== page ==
ourselves by carrying water every day. I will bring the entire
spring home at once, and so we shall be freed from this burden.'

But the Draken called out: ‘On no account, Herr Lazarus, else we
shall all die of thirst; rather will we carry the water ourselves
in turns, and you alone shall be exempt.'

Next it comes to be Lazarus's turn to bring the wood. Now the
Draken, when they fetched the wood, always took an entire tree on
their shoulder, and so carried it home. Because Lazarus could not
imitate them in this, he went to the forest, tied all the trees
together with a thick rope, and remained in the forest till
evening. Again the Draken sent one of them after him to see what
had become of him, and when this one asked what he was about,
Lazarus answered: ‘I will bring the entire forest home at once,
so that after that we may have rest.'

But the Draken called out: ‘By no means, Herr Lazarus, else we
shall all die of cold; rather will we go ourselves to bring wood,
and let you be free.' And then the Draken tore up one tree, threw
it over his shoulder, and so carried it home.

When they had lived together some time, the Draken became weary
of Lazarus, and agreed among themselves to kill him; each Draken,
in the night while Lazarus slept, should strike him a blow with a
hatchet. But Lazarus heard of this scheme, and when the evening
came, he took a log of wood, covered it with his cloak, laid it
in the place where he usually slept, and then hid himself. In the
night the Draken came, and each one hit the log a blow with his
hatchet, till it flew in pieces.

Then they believed their object was gained, and they lay down
again.

Thereupon Lazarus took the log, threw it away, and laid himself
down in its stead. Towards dawn, he began to groan, and when the
Draken heard that, they asked what ailed him, to which he made
answer: ‘The gnats have stung me horribly.' This terrified the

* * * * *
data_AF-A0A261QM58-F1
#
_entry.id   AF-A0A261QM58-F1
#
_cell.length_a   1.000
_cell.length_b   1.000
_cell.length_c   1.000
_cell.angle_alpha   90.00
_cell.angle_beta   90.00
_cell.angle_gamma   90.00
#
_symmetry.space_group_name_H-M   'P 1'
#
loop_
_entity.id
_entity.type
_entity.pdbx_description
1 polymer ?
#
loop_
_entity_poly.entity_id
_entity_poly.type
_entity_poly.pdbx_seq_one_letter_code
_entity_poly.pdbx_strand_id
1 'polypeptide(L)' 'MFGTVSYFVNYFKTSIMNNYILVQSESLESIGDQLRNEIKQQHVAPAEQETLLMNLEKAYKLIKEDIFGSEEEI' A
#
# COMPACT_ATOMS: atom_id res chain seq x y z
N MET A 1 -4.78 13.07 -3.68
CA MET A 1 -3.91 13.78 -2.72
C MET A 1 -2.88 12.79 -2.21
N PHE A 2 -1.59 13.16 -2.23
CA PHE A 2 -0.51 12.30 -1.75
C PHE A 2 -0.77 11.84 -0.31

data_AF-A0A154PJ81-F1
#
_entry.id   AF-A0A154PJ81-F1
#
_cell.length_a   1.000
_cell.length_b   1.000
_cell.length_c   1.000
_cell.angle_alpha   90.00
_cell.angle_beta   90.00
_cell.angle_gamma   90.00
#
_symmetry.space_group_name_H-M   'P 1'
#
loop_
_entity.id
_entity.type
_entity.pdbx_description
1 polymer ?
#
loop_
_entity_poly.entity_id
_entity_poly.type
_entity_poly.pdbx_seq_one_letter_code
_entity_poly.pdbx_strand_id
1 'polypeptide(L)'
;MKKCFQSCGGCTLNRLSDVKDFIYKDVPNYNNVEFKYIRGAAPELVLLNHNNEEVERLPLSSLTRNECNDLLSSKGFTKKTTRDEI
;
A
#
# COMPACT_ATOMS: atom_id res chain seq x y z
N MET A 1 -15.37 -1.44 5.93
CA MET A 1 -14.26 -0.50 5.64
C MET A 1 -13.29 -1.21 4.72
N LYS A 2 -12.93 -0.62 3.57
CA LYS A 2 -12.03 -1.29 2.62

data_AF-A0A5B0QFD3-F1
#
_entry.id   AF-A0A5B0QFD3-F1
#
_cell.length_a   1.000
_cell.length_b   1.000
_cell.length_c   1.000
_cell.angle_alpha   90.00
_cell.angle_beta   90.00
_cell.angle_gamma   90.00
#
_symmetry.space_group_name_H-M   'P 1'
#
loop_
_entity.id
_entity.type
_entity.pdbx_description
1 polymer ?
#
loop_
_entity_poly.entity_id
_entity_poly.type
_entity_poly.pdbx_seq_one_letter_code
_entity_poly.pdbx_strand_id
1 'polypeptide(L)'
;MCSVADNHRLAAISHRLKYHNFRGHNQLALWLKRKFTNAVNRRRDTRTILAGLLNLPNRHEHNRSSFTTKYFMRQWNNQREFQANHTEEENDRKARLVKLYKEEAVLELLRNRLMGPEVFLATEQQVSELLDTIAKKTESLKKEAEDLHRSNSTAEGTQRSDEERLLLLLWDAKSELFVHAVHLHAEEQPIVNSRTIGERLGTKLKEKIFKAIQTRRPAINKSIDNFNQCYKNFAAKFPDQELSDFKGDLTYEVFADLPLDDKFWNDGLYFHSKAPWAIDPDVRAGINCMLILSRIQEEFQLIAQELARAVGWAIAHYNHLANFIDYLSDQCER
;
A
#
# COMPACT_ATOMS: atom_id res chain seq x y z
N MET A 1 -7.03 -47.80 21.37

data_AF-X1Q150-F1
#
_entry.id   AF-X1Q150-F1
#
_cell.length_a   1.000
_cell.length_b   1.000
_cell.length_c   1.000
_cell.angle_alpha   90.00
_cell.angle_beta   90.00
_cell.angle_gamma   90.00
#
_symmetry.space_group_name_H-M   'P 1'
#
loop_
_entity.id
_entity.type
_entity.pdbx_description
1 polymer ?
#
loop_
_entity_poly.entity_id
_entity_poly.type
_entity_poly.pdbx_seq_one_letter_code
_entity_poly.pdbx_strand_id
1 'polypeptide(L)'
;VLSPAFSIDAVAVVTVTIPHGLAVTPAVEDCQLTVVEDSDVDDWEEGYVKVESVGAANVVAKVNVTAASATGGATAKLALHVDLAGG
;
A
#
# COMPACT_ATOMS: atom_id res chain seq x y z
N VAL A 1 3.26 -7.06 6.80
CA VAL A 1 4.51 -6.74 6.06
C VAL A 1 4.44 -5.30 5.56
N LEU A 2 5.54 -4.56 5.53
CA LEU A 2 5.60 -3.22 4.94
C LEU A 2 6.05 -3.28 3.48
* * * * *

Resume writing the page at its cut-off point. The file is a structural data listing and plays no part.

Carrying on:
Draken, for they believed that Lazarus took their blows for
gnat-stings, and they determined at any price to get rid of him.
Next morning, therefore, they asked him if he had not wife or
child, and said that if he would like to go and visit them they
would give him a bag of gold to take away with him. He agreed
willingly to this, but asked further that one of the Draken
should go with him to carry the bag of gold. They consented, and
one was sent with him.

When they had come to within a short; distance of Lazarus's
house, he said to the Draken: ‘Stop here, in the meantime, for I
must go on in front and tie up my children, lest they eat you.'

So he went and tied his children with strong ropes, and said to
them: ‘As soon as the Draken comes in sight, call out as loud as
you can, "Drakenflesh! Drakenflesh!"'

So, when the Draken appeared, the children cried out:
‘Drakenflesh! Drakenflesh!' and this so terrified the Draken that
he let the bag fall and fled.

On the road he met a fox, which asked him why he seemed so
frightened. He answered that he was afraid of the children of
Herr Lazarus, who had been within a hair-breadth of eating him
up. But the fox laughed, and said: ‘What! you were afraid of
the children of Herr Lazarus? He had two fowls, one of which I
ate yesterday, the other I will go and fetch now--if you do not
believe me, come and see for yourself; but you must first tie
yourself on to my tail.'

The Draken then tied himself on to the fox's tail, and went back
thus with it to Lazarus's house, in order to see what it would
arrange. There stood Lazarus with his gun raised ready to fire,
who, when he saw the fox coming along with the Draken, called out
to the fox: ‘Did I not tell you to bring me all the Draken, and
you bring me only one?'

When the Draken heard that he made off to the rightabout at once,
and ran so fast that the fox was dashed in pieces against the
stones.

When Lazarus had got quit of the Draken he built himself, with
their gold, a, magnificent house, in which he spent the rest of
his days in great enjoyment.





Next: The Story Of The Queen Of The Flowery Isles

Previous: The Little Gray Man



Add to del.icio.us Add to Reddit Add to Digg Add to Del.icio.us Add to Google Add to Twitter Add to Stumble Upon
Add to Informational Site Network
Report
Privacy
SHAREADD TO EBOOK



Viewed: 955